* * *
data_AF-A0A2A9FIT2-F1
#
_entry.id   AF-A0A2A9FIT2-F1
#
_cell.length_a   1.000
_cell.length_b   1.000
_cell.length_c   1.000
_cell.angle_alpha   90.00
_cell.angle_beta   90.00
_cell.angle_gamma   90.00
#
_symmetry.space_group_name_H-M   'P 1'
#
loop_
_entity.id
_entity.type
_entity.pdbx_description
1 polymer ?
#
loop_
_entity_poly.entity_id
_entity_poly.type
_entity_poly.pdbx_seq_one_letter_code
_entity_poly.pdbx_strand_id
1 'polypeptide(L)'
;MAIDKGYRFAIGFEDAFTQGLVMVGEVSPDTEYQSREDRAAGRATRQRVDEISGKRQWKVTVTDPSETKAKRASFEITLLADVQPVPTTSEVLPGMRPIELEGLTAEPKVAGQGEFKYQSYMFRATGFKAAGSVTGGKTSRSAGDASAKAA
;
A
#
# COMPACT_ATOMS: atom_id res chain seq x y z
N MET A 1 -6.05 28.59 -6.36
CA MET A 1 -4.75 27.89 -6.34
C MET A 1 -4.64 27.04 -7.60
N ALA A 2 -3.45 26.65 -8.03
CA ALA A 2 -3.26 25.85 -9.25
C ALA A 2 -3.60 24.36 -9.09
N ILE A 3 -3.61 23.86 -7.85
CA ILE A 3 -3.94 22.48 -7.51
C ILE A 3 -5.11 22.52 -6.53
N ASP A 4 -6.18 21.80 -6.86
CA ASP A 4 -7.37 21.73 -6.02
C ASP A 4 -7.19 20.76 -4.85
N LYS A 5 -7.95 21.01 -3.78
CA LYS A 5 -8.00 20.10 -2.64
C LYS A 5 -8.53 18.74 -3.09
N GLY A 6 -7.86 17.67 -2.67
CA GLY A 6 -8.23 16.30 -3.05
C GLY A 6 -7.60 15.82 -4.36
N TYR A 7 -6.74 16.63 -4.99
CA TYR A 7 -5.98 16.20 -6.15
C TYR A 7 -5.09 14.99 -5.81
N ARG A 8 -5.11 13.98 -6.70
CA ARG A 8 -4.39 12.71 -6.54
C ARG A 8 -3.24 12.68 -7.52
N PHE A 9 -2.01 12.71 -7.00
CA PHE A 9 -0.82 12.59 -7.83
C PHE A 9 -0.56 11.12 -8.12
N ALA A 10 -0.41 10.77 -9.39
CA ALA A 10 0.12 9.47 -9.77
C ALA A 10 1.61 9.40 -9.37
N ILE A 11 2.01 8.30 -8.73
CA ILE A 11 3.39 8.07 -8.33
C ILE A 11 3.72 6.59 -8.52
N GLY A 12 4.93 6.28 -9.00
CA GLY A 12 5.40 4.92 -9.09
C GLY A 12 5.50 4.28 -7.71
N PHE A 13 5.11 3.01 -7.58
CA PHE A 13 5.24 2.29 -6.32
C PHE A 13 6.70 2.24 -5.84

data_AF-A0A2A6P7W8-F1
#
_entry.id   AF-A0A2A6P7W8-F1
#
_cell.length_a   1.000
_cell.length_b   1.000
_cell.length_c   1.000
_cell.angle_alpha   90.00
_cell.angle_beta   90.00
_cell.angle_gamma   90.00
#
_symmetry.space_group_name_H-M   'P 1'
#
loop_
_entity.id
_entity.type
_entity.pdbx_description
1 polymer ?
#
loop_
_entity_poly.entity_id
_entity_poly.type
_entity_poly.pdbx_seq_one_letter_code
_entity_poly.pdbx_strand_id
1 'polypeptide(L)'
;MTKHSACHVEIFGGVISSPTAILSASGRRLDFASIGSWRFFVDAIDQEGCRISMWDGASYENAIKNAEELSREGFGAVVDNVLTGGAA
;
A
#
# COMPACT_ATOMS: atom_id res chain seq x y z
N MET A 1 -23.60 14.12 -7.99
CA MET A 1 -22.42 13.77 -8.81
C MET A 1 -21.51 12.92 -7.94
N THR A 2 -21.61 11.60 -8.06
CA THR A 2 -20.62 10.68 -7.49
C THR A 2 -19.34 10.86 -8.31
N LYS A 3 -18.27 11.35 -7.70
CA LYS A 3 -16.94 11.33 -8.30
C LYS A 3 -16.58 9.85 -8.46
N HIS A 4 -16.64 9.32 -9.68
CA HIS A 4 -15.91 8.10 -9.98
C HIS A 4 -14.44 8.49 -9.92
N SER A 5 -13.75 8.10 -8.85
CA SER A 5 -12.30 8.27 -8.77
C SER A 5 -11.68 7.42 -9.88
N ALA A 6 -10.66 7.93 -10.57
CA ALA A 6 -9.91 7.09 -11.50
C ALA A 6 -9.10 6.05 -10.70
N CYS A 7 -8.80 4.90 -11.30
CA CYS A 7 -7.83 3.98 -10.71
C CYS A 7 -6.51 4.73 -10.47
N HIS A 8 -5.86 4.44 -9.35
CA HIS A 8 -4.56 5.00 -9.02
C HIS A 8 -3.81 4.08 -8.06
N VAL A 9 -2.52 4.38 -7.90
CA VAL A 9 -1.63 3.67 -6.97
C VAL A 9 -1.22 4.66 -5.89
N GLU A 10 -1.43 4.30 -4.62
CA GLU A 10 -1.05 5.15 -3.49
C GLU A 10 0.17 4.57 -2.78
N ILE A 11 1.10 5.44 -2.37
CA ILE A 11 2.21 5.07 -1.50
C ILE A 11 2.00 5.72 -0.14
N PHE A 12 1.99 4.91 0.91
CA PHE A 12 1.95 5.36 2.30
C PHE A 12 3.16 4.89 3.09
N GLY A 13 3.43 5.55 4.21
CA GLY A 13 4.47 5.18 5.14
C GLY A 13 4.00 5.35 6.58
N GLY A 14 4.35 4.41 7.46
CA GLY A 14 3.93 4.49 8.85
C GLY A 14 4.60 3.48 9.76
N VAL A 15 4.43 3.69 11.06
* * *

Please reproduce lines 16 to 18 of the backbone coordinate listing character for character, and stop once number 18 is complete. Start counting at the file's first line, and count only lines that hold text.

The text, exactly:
_entity.type
_entity.pdbx_description
1 polymer ?